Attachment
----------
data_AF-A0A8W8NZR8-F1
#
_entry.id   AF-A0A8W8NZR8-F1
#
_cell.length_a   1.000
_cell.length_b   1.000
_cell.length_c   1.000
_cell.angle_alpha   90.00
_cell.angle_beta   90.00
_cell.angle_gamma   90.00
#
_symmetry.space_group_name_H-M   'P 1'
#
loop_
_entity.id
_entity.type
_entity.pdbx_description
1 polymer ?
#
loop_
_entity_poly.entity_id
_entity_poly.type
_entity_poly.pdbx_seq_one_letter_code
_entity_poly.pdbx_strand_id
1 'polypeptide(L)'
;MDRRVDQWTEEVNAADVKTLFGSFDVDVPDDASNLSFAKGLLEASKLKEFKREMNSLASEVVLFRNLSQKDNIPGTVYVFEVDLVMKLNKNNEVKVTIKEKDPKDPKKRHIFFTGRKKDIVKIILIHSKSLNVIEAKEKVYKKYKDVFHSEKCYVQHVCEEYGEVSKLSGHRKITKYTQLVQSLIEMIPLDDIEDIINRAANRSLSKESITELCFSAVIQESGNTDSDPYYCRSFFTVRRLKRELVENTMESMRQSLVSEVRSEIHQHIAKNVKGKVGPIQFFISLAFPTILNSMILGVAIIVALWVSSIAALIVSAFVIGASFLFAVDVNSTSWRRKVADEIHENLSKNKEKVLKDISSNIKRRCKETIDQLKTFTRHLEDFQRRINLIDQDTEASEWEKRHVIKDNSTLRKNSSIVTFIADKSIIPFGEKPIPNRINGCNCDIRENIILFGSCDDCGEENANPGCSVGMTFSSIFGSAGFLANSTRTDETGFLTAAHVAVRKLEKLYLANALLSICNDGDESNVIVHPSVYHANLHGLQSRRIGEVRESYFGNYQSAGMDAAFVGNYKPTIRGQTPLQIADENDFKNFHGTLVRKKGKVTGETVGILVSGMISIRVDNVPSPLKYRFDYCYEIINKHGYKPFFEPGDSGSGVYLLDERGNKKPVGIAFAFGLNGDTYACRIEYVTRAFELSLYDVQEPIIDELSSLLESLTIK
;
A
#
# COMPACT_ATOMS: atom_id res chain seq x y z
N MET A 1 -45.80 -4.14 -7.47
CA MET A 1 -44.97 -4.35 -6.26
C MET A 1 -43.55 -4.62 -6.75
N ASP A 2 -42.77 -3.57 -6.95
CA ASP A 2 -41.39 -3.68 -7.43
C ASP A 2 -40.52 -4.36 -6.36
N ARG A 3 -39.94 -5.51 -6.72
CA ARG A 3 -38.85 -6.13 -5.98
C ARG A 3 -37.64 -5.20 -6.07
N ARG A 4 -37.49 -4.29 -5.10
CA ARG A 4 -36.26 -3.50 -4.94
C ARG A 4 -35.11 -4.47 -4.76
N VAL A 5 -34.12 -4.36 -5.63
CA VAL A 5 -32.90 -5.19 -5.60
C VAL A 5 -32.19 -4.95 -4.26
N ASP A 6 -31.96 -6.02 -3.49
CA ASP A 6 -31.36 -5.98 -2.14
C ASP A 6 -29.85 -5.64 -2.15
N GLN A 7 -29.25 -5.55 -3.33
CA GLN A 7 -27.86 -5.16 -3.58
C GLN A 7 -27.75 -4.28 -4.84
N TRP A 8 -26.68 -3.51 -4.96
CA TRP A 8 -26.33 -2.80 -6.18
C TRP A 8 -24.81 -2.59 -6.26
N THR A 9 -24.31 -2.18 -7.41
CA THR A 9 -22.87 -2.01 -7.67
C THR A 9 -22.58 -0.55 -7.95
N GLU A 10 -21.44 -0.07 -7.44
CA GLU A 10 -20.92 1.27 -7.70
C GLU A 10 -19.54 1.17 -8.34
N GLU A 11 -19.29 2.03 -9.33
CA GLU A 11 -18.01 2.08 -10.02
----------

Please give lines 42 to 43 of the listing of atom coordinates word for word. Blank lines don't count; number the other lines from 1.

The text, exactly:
C ARG A 4 -35.11 -4.47 -4.76
N VAL A 5 -34.12 -4.36 -5.63